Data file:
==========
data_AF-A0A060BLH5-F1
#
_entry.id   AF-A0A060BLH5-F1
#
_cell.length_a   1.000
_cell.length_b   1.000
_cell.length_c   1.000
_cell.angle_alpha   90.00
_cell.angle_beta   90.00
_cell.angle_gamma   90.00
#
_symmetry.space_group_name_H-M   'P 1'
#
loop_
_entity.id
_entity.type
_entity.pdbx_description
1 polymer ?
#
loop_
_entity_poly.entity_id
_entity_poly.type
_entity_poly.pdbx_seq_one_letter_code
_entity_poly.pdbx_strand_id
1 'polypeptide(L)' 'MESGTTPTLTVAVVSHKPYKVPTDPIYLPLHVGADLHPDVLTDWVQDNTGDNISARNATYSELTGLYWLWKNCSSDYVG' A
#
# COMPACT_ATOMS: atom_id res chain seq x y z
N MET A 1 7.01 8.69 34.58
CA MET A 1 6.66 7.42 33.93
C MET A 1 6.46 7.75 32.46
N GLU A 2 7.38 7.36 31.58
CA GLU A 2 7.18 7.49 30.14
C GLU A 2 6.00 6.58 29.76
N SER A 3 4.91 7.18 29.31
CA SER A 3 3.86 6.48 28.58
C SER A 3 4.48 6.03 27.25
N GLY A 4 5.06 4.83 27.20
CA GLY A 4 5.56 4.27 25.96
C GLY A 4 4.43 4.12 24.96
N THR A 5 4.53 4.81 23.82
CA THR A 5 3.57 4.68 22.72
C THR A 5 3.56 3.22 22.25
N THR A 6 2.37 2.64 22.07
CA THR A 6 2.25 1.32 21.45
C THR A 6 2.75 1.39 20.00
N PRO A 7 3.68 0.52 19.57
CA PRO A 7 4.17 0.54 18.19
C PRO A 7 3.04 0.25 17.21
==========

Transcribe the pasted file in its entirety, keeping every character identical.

data_AF-A0A060BLH5-F1
#
_entry.id   AF-A0A060BLH5-F1
#
_cell.length_a   1.000
_cell.length_b   1.000
_cell.length_c   1.000
_cell.angle_alpha   90.00
_cell.angle_beta   90.00
_cell.angle_gamma   90.00
#
_symmetry.space_group_name_H-M   'P 1'
#
loop_
_entity.id
_entity.type
_entity.pdbx_description
1 polymer ?
#
loop_
_entity_poly.entity_id
_entity_poly.type
_entity_poly.pdbx_seq_one_letter_code
_entity_poly.pdbx_strand_id
1 'polypeptide(L)' 'MESGTTPTLTVAVVSHKPYKVPTDPIYLPLHVGADLHPDVLTDWVQDNTGDNISARNATYSELTGLYWLWKNCSSDYVG' A
#
# COMPACT_ATOMS: atom_id res chain seq x y z
N MET A 1 7.01 8.69 34.58
CA MET A 1 6.66 7.42 33.93
C MET A 1 6.46 7.75 32.46
N GLU A 2 7.38 7.36 31.58
CA GLU A 2 7.18 7.49 30.14
C GLU A 2 6.00 6.58 29.76
N SER A 3 4.91 7.18 29.31
CA SER A 3 3.86 6.48 28.58
C SER A 3 4.48 6.03 27.25
N GLY A 4 5.06 4.83 27.20
CA GLY A 4 5.56 4.27 25.96
C GLY A 4 4.43 4.12 24.96
N THR A 5 4.53 4.81 23.82
CA THR A 5 3.57 4.68 22.72
C THR A 5 3.56 3.22 22.25
N THR A 6 2.37 2.64 22.07
CA THR A 6 2.25 1.32 21.45
C THR A 6 2.75 1.39 20.00
N PRO A 7 3.68 0.52 19.57
CA PRO A 7 4.17 0.54 18.19
C PRO A 7 3.04 0.25 17.21